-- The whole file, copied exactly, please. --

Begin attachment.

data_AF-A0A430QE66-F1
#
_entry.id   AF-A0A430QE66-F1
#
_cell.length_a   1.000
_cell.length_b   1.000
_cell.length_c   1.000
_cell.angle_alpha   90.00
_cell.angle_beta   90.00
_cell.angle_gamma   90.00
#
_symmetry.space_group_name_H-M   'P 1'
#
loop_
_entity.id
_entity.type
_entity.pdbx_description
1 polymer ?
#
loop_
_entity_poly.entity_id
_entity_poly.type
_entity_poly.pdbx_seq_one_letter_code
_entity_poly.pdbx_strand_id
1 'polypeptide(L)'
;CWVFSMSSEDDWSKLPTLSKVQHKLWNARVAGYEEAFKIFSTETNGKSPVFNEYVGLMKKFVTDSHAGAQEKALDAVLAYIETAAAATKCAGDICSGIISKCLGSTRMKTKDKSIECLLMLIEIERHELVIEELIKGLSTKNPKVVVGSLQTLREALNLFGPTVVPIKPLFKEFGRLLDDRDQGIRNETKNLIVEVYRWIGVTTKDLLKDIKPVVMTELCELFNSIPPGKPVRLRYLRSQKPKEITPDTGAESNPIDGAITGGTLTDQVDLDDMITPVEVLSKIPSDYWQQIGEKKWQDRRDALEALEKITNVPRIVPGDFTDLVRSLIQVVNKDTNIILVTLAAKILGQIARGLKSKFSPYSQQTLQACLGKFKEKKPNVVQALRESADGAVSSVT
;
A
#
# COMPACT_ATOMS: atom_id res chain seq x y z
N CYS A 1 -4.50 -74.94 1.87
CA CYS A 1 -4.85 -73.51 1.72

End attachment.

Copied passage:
data_AF-A0A430QE66-F1
#
_entry.id   AF-A0A430QE66-F1
#
_cell.length_a   1.000
_cell.length_b   1.000
_cell.length_c   1.000
_cell.angle_alpha   90.00
_cell.angle_beta   90.00
_cell.angle_gamma   90.00
#
_symmetry.space_group_name_H-M   'P 1'
#
loop_
_entity.id
_entity.type
_entity.pdbx_description
1 polymer ?
#
loop_
_entity_poly.entity_id
_entity_poly.type
_entity_poly.pdbx_seq_one_letter_code
_entity_poly.pdbx_strand_id
1 'polypeptide(L)'
;CWVFSMSSEDDWSKLPTLSKVQHKLWNARVAGYEEAFKIFSTETNGKSPVFNEYVGLMKKFVTDSHAGAQEKALDAVLAYIETAAAATKCAGDICSGIISKCLGSTRMKTKDKSIECLLMLIEIERHELVIEELIKGLSTKNPKVVVGSLQTLREALNLFGPTVVPIKPLFKEFGRLLDDRDQGIRNETKNLIVEVYRWIGVTTKDLLKDIKPVVMTELCELFNSIPPGKPVRLRYLRSQKPKEITPDTGAESNPIDGAITGGTLTDQVDLDDMITPVEVLSKIPSDYWQQIGEKKWQDRRDALEALEKITNVPRIVPGDFTDLVRSLIQVVNKDTNIILVTLAAKILGQIARGLKSKFSPYSQQTLQACLGKFKEKKPNVVQALRESADGAVSSVT
;
A
#
# COMPACT_ATOMS: atom_id res chain seq x y z
N CYS A 1 -4.50 -74.94 1.87
CA CYS A 1 -4.85 -73.51 1.72